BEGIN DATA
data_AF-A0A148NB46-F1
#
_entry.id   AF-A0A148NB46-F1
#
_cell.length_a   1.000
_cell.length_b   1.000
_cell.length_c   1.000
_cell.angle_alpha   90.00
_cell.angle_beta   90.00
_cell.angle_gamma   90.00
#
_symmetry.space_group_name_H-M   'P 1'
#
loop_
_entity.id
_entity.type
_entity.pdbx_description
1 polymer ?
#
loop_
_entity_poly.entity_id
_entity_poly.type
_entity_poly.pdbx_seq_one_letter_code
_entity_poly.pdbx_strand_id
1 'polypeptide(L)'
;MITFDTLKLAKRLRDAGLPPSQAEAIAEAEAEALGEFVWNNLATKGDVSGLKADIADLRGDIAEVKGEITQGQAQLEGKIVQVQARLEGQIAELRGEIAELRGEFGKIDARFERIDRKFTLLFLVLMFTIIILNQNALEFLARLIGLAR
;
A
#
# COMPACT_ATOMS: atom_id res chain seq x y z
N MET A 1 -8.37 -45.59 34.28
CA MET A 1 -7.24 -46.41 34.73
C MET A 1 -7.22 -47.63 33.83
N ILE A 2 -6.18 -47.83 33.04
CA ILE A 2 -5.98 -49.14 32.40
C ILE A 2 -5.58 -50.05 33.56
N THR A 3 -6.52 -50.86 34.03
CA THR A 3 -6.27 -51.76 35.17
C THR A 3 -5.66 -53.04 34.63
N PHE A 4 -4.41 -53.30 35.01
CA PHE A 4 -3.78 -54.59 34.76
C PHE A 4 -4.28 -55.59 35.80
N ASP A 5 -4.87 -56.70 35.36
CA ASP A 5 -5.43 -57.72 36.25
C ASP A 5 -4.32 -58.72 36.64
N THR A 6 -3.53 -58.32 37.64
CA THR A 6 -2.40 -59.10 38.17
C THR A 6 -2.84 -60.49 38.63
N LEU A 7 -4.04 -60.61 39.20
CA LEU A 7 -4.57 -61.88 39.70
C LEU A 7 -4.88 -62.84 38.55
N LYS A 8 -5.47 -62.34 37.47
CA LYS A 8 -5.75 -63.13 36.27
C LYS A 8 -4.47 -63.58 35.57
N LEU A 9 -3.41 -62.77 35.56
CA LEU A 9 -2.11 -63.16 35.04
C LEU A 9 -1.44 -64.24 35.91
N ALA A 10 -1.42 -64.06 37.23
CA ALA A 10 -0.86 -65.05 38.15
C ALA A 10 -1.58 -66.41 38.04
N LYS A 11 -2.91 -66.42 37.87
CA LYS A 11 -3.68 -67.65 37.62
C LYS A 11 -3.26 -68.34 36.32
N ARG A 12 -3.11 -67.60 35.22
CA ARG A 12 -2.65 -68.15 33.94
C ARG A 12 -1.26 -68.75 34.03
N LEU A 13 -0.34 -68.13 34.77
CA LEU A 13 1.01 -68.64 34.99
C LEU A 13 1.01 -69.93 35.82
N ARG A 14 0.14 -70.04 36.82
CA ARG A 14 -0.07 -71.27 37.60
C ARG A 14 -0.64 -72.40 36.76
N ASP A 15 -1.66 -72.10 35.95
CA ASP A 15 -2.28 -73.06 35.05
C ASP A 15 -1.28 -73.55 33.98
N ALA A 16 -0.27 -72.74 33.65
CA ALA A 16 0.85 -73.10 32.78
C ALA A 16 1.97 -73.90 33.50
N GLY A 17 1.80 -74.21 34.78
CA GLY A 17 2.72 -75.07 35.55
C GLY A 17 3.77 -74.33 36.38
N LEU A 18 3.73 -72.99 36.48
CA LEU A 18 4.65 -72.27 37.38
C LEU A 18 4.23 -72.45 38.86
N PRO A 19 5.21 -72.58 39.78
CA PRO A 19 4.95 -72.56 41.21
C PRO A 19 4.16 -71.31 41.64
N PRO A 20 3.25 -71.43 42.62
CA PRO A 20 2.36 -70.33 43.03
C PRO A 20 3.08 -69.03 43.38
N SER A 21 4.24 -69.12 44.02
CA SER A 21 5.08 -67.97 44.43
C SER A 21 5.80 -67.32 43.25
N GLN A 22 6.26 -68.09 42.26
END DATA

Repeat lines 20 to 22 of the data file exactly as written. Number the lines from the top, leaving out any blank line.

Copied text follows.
loop_
_entity_poly.entity_id
_entity_poly.type